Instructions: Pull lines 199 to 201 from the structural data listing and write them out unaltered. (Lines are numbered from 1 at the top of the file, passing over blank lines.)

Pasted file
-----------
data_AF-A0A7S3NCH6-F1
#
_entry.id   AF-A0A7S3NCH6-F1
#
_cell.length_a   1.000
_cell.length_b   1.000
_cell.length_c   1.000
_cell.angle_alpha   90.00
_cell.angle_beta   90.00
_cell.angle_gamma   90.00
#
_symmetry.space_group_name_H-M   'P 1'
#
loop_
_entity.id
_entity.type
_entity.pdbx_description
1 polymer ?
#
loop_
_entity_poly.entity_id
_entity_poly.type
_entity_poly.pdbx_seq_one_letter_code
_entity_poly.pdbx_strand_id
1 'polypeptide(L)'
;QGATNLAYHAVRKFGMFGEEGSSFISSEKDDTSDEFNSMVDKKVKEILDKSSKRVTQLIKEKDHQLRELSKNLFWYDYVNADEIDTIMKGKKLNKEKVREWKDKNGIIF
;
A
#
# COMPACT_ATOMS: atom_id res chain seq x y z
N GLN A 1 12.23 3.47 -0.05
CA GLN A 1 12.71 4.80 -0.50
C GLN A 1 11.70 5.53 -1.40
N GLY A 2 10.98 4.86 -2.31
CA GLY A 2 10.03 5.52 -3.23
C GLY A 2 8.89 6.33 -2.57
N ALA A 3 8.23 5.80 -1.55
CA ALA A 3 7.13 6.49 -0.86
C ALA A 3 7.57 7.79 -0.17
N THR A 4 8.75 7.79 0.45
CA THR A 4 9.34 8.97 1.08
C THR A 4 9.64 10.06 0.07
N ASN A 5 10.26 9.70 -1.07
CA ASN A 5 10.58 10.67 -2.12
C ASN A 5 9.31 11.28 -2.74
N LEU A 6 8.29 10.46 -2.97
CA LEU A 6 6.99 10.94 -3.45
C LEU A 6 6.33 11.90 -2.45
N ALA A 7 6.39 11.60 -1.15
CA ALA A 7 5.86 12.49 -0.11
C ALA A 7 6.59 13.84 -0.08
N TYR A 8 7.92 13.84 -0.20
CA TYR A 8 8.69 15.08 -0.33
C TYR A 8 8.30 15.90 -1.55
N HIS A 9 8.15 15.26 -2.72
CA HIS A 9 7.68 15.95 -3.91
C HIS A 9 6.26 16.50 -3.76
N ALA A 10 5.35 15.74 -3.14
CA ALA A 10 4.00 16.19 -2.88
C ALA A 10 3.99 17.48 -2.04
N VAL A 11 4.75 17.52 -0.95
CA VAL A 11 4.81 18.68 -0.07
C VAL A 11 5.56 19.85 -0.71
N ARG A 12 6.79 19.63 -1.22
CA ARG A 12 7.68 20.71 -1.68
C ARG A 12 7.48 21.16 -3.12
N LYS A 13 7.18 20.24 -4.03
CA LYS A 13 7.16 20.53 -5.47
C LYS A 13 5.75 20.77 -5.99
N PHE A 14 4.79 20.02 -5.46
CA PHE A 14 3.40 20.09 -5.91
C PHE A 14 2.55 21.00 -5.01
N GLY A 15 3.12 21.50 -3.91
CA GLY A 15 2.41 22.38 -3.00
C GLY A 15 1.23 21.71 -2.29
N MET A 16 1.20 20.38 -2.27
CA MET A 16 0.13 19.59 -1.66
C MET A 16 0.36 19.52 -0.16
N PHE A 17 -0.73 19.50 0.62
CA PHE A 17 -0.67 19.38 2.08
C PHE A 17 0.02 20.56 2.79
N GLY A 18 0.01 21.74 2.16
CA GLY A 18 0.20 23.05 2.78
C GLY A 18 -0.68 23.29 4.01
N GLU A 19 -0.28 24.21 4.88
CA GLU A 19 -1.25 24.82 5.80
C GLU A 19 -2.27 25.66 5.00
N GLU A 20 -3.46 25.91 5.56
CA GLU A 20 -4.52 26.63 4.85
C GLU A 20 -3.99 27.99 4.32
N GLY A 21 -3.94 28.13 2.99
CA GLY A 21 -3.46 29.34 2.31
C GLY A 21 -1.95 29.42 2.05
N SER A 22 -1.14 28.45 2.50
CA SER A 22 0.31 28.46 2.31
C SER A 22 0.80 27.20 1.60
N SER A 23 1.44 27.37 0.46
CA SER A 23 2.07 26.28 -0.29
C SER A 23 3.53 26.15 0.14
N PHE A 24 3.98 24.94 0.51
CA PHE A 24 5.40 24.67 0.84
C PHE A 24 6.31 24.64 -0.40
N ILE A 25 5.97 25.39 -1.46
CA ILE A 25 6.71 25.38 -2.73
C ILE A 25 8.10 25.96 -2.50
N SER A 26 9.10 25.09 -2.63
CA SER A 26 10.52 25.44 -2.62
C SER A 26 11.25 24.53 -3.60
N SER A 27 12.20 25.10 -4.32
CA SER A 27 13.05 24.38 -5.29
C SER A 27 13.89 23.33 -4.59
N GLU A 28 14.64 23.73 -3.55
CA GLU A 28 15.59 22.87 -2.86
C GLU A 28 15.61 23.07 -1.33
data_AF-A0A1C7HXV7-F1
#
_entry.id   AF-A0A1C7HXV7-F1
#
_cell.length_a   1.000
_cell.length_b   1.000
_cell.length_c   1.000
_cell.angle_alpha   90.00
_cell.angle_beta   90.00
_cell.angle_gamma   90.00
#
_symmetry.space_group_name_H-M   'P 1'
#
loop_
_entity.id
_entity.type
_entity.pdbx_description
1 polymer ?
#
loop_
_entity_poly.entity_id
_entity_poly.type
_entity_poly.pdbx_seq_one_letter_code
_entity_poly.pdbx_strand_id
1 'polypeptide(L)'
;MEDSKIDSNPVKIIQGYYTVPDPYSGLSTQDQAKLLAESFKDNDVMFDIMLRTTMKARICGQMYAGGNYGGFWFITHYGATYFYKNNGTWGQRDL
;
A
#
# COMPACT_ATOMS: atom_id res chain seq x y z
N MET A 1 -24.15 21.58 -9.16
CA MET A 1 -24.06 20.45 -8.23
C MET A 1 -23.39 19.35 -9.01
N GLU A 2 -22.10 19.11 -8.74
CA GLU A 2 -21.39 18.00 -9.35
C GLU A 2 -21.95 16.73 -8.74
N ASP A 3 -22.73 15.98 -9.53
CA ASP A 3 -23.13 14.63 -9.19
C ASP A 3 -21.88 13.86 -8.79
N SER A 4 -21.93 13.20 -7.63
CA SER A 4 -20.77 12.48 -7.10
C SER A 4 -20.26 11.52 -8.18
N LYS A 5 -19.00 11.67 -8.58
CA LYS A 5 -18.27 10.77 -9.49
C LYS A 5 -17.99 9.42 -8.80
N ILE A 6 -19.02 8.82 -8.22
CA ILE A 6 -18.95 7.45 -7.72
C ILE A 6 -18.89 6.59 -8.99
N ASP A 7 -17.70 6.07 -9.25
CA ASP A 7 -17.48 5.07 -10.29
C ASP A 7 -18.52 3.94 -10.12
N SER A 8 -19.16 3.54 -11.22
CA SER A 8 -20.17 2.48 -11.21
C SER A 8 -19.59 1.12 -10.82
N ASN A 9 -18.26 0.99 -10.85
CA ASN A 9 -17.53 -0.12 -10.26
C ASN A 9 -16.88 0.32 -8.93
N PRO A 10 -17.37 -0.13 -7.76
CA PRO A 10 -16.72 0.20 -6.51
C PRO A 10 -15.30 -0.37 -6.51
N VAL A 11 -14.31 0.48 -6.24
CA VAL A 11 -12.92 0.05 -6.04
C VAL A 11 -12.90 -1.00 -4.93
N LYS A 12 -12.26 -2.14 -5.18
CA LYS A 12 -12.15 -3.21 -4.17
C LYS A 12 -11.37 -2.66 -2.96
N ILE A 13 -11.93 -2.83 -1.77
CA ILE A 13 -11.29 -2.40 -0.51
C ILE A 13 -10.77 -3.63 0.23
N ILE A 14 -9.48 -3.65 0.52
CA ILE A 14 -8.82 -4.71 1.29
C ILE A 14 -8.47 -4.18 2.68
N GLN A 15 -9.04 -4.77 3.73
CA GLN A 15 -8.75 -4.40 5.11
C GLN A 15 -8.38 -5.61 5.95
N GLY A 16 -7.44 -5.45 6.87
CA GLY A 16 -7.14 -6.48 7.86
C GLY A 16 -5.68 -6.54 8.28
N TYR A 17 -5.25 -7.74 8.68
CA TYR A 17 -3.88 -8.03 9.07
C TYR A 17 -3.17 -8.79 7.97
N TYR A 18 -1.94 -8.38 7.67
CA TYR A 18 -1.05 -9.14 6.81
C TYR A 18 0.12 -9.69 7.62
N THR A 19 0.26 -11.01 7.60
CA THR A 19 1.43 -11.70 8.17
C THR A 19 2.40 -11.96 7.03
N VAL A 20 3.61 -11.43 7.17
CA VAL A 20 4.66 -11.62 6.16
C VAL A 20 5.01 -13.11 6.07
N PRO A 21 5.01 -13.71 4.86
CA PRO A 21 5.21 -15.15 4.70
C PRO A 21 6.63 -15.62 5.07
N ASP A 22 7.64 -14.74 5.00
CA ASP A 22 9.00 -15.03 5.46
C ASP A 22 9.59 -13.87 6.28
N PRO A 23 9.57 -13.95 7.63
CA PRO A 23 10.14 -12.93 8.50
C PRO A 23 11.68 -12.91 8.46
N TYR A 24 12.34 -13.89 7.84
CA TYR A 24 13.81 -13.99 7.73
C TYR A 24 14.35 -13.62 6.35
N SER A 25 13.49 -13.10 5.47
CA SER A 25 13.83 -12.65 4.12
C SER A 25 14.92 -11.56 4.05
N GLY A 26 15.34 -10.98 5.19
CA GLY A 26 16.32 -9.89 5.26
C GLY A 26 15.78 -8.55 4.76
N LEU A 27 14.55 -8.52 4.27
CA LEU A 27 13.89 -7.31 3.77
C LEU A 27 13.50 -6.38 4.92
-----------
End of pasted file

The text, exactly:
N THR A 19 0.26 -11.01 7.60
CA THR A 19 1.43 -11.70 8.17
C THR A 19 2.40 -11.96 7.03